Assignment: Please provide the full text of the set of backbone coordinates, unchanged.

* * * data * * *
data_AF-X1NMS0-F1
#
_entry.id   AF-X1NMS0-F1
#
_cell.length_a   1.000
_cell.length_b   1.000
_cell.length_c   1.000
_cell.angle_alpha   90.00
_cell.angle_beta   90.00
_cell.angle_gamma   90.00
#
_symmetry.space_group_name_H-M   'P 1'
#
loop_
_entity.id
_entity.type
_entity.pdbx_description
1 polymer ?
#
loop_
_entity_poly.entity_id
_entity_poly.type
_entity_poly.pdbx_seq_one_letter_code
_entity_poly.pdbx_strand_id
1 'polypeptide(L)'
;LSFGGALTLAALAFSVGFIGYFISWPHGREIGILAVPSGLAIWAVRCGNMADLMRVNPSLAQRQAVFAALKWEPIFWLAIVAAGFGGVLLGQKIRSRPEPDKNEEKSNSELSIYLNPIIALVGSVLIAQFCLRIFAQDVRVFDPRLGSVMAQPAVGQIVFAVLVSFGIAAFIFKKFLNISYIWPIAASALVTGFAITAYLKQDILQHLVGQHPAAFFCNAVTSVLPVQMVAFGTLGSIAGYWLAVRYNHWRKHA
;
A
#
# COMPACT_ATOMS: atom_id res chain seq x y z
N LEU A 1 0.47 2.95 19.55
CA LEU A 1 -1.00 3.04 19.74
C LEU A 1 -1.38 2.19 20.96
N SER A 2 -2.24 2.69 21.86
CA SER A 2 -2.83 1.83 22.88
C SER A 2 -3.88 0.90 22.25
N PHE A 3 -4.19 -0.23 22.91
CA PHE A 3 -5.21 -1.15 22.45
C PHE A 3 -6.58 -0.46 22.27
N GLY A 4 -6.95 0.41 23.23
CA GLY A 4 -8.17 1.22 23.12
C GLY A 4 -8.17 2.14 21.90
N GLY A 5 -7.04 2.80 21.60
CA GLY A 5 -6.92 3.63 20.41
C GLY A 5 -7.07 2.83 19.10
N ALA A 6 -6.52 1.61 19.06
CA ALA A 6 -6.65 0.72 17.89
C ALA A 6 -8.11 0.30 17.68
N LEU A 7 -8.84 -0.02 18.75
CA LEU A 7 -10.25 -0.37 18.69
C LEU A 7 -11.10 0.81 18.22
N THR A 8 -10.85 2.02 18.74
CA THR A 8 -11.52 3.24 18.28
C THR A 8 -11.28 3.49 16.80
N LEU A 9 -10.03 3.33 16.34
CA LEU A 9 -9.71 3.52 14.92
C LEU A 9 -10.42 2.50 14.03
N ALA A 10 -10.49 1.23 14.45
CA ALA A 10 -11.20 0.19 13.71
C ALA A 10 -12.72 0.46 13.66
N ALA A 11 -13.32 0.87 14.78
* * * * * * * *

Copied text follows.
data_AF-X1NMS0-F1
#
_entry.id   AF-X1NMS0-F1
#
_cell.length_a   1.000
_cell.length_b   1.000
_cell.length_c   1.000
_cell.angle_alpha   90.00
_cell.angle_beta   90.00
_cell.angle_gamma   90.00
#
_symmetry.space_group_name_H-M   'P 1'
#
loop_
_entity.id
_entity.type
_entity.pdbx_description
1 polymer ?
#
loop_
_entity_poly.entity_id
_entity_poly.type
_entity_poly.pdbx_seq_one_letter_code
_entity_poly.pdbx_strand_id
1 'polypeptide(L)'
;LSFGGALTLAALAFSVGFIGYFISWPHGREIGILAVPSGLAIWAVRCGNMADLMRVNPSLAQRQAVFAALKWEPIFWLAIVAAGFGGVLLGQKIRSRPEPDKNEEKSNSELSIYLNPIIALVGSVLIAQFCLRIFAQDVRVFDPRLGSVMAQPAVGQIVFAVLVSFGIAAFIFKKFLNISYIWPIAASALVTGFAITAYLKQDILQHLVGQHPAAFFCNAVTSVLPVQMVAFGTLGSIAGYWLAVRYNHWRKHA
;
A
#
# COMPACT_ATOMS: atom_id res chain seq x y z
N LEU A 1 0.47 2.95 19.55
CA LEU A 1 -1.00 3.04 19.74
C LEU A 1 -1.38 2.19 20.96
N SER A 2 -2.24 2.69 21.86
CA SER A 2 -2.83 1.83 22.88
C SER A 2 -3.88 0.90 22.25
N PHE A 3 -4.19 -0.23 22.91
CA PHE A 3 -5.21 -1.15 22.45
C PHE A 3 -6.58 -0.46 22.27
N GLY A 4 -6.95 0.41 23.23
CA GLY A 4 -8.17 1.22 23.12
C GLY A 4 -8.17 2.14 21.90
N GLY A 5 -7.04 2.80 21.60
CA GLY A 5 -6.92 3.63 20.41
C GLY A 5 -7.07 2.83 19.10
N ALA A 6 -6.52 1.61 19.06
CA ALA A 6 -6.65 0.72 17.89
C ALA A 6 -8.11 0.30 17.68
N LEU A 7 -8.84 -0.02 18.75
CA LEU A 7 -10.25 -0.37 18.69
C LEU A 7 -11.10 0.81 18.22
N THR A 8 -10.85 2.02 18.74
CA THR A 8 -11.52 3.24 18.28
C THR A 8 -11.28 3.49 16.80
N LEU A 9 -10.03 3.33 16.34
CA LEU A 9 -9.71 3.52 14.92
C LEU A 9 -10.42 2.50 14.03
N ALA A 10 -10.49 1.23 14.45
CA ALA A 10 -11.20 0.19 13.71
C ALA A 10 -12.72 0.46 13.66
N ALA A 11 -13.32 0.87 14.78